Internet 500 Retailers have been in-the-know about one secret key to online success for quite some time: trust seals. Trust seals are graphic badges which adorn the websites of companies and are awarded based on whether the company and/or website meets certain criteria, such as if they meet security guidelines, quality measures or if they have honorable business practices. There are a handful of better-known trust seal organizations which usually provide the assessment and seal service in return for a fee.
For internet marketers, there’s a really compelling reason why one should seriously consider paying the fees and going through the steps for obtaining a trust seal: they can inspire consumer confidence.
Some of the more popular website trust seals include Trust Guard, ValidSafe, Merchant Safe, TRUSTe, VeriSign, McAfee Secure, and VeriSign.
There have been a number of different academic researcher studies which have found that trust seals can improve rates for online purchases. In one research paper from 2001, “Myth or Reality: Effect of Trust-Promoting Seals in Electronic Markets,” Xiaorui Hu, Zhangxi Lin, and Han Zhang found that the seals can encourage consumers to buy from storefronts they are not familiar with, and that the seals that consumers recognized more influenced them more. David Gefen’s earlier paper, “E-commerce: the role of familiarity and trust,” also found support for the theory that trust seals influenced online book purchase decisions.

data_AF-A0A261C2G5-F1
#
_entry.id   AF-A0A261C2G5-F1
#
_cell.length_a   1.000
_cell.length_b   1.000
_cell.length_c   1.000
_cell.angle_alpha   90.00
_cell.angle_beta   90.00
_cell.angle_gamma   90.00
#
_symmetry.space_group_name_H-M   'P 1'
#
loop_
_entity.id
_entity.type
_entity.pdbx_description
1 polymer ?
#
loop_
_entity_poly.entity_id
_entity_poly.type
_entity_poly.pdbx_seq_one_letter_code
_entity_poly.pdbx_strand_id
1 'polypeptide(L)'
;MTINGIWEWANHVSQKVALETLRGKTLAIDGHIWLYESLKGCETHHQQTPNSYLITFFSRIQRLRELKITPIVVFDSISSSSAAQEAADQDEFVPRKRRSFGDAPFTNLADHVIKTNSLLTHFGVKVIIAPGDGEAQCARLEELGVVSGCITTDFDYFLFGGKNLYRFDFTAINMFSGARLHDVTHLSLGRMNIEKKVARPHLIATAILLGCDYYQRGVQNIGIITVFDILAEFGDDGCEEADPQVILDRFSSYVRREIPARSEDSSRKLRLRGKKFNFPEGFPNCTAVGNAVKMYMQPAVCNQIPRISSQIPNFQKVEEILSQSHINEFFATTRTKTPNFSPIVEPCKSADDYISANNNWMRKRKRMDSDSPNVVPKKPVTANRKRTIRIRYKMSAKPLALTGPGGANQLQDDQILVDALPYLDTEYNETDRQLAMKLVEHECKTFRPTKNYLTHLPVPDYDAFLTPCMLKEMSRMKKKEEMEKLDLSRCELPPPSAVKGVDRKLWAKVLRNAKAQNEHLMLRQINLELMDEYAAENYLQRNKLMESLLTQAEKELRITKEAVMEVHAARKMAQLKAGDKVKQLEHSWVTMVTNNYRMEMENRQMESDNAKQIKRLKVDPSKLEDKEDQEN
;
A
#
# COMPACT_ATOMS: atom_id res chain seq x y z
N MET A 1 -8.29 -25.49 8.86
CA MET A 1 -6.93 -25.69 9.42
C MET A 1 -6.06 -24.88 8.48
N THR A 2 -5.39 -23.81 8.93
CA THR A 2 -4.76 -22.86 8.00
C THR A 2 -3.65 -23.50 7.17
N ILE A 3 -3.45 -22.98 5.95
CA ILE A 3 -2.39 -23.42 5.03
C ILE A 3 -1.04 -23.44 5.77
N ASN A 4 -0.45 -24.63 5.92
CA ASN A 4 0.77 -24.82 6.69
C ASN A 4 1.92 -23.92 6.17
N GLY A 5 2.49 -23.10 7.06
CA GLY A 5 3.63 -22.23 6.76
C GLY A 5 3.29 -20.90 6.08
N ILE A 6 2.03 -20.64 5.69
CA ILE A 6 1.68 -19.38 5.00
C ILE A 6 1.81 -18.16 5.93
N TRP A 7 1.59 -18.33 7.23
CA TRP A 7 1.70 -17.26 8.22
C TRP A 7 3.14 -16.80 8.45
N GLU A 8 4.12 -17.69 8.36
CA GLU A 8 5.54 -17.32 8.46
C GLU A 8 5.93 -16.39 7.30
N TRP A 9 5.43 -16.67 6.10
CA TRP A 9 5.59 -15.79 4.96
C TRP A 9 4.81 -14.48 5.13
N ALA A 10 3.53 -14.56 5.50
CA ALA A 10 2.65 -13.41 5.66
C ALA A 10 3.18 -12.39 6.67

However, online website trust seals decended from their offline counterparts, which already had a long history, if not track record. In 1894, due to faulty electrical parts causing fires, the National Board of Fire Underwriters started performing the first tests on the combustibility of insulation materials — their mark was the Underwriters Laboratory or “UL” seal of certification. But, even before that, seals of quality, certifications, trustmarks, and seals of approval have been in use by tradesmen or service providers. Royal seals of approval likely date back a few hundred years more.
Although there is not as much research on the subject, Continue reading →